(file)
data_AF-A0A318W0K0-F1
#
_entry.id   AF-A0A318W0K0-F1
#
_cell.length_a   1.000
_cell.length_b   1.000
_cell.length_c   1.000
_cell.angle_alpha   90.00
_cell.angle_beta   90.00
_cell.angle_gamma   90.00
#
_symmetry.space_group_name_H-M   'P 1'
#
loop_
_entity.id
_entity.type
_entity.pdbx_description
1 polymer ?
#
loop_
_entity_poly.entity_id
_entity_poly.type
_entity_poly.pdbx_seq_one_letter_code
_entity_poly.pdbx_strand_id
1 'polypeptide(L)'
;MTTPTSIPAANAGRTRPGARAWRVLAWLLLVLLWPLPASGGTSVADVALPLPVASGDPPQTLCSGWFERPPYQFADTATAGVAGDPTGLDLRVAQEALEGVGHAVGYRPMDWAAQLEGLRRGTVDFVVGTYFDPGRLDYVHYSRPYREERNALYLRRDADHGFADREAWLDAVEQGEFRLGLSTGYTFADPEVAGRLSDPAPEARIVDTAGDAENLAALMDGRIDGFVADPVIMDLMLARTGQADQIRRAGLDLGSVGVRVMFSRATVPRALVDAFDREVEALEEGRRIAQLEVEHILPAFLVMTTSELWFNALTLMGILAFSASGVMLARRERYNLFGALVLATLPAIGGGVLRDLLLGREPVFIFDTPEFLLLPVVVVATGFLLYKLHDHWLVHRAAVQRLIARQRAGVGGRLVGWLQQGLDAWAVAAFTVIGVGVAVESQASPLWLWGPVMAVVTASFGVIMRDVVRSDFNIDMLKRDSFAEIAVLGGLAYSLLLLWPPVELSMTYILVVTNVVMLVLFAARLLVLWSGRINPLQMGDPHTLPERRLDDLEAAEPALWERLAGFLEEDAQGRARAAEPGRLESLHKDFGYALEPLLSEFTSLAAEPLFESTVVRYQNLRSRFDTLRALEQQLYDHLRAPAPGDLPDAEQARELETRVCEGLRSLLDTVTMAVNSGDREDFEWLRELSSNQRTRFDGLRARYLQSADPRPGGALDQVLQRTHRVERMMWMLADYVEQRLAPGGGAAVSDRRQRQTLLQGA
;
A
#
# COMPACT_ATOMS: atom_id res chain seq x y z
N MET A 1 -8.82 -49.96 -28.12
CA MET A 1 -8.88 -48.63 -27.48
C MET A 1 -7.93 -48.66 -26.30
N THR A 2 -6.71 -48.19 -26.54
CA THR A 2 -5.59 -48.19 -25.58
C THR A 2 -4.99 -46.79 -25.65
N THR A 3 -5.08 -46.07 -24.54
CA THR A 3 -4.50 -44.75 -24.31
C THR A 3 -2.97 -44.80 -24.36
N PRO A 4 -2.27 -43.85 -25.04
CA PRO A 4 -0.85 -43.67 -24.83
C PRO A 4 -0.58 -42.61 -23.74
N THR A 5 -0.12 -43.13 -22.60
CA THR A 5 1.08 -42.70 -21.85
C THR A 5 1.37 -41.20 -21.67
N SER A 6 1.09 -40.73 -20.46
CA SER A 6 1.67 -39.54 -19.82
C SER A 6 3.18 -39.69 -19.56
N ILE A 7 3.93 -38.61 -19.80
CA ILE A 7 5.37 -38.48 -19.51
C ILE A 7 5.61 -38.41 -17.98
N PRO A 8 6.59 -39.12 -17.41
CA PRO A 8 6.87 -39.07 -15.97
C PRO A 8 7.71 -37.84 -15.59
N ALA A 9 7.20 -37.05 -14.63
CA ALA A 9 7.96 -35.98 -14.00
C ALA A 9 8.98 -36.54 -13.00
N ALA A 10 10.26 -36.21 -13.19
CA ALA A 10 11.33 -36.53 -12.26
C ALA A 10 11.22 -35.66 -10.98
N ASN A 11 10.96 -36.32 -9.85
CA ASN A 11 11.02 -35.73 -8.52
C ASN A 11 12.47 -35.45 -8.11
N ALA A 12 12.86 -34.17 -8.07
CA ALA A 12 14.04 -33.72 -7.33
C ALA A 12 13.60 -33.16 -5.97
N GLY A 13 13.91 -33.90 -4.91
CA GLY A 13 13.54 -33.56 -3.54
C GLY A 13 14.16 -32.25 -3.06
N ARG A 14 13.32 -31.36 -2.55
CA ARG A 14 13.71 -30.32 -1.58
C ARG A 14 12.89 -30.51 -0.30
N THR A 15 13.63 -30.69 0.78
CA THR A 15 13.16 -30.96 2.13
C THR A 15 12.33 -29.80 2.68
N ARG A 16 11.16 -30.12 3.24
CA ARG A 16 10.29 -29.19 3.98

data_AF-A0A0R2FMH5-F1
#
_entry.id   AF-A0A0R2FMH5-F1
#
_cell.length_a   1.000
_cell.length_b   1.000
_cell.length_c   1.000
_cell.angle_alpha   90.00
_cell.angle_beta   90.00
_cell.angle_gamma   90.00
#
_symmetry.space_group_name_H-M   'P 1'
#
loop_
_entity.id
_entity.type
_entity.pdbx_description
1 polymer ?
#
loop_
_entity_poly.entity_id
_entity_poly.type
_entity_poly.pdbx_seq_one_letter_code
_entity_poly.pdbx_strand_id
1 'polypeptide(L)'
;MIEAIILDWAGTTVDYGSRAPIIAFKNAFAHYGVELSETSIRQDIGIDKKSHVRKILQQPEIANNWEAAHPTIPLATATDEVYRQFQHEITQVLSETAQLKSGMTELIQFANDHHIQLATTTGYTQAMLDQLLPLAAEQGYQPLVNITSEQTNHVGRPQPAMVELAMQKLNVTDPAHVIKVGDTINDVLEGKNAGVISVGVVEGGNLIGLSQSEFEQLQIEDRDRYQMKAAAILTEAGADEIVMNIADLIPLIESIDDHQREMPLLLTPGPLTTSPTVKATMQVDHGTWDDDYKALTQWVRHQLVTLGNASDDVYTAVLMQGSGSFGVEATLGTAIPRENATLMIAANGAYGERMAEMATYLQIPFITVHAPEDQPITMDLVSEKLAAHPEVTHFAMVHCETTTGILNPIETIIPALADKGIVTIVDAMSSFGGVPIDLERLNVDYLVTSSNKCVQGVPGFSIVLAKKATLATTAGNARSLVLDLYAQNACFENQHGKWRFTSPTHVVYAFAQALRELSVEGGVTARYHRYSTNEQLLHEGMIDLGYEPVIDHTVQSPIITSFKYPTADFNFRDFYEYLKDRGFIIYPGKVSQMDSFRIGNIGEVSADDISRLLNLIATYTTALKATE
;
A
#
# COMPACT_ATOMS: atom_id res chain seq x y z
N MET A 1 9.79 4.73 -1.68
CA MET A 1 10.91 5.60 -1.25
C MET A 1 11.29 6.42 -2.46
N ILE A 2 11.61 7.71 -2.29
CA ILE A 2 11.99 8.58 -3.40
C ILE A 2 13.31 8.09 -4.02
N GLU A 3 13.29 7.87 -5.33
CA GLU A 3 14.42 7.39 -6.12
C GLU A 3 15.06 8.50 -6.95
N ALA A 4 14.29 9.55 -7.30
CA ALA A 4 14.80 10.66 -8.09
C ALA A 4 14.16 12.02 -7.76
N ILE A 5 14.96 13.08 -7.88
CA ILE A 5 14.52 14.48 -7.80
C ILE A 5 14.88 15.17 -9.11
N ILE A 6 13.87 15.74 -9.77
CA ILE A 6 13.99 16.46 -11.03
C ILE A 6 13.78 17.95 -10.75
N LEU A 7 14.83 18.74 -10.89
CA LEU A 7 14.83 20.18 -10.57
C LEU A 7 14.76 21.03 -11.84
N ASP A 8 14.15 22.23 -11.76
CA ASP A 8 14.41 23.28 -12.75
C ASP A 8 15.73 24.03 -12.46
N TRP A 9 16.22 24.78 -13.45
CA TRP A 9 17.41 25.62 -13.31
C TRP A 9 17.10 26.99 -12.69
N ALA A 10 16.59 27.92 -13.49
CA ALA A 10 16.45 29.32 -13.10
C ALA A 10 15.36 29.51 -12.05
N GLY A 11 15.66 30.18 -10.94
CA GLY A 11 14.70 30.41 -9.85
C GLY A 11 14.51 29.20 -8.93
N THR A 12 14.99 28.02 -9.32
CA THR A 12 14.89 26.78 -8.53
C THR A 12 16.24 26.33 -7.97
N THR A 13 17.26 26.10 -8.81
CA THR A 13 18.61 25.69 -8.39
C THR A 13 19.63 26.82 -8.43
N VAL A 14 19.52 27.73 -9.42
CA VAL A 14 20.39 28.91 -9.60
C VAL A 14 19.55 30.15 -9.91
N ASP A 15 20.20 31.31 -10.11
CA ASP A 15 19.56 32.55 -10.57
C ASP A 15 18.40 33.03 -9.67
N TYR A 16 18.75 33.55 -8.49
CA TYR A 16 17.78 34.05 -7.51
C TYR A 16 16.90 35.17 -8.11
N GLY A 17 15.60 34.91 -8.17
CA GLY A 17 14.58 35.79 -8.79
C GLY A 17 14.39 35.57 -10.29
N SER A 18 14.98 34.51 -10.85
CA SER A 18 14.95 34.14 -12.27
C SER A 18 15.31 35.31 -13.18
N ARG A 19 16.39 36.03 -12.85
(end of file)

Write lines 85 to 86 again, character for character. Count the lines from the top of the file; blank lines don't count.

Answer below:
_cell.angle_alpha   90.00
_cell.angle_beta   90.00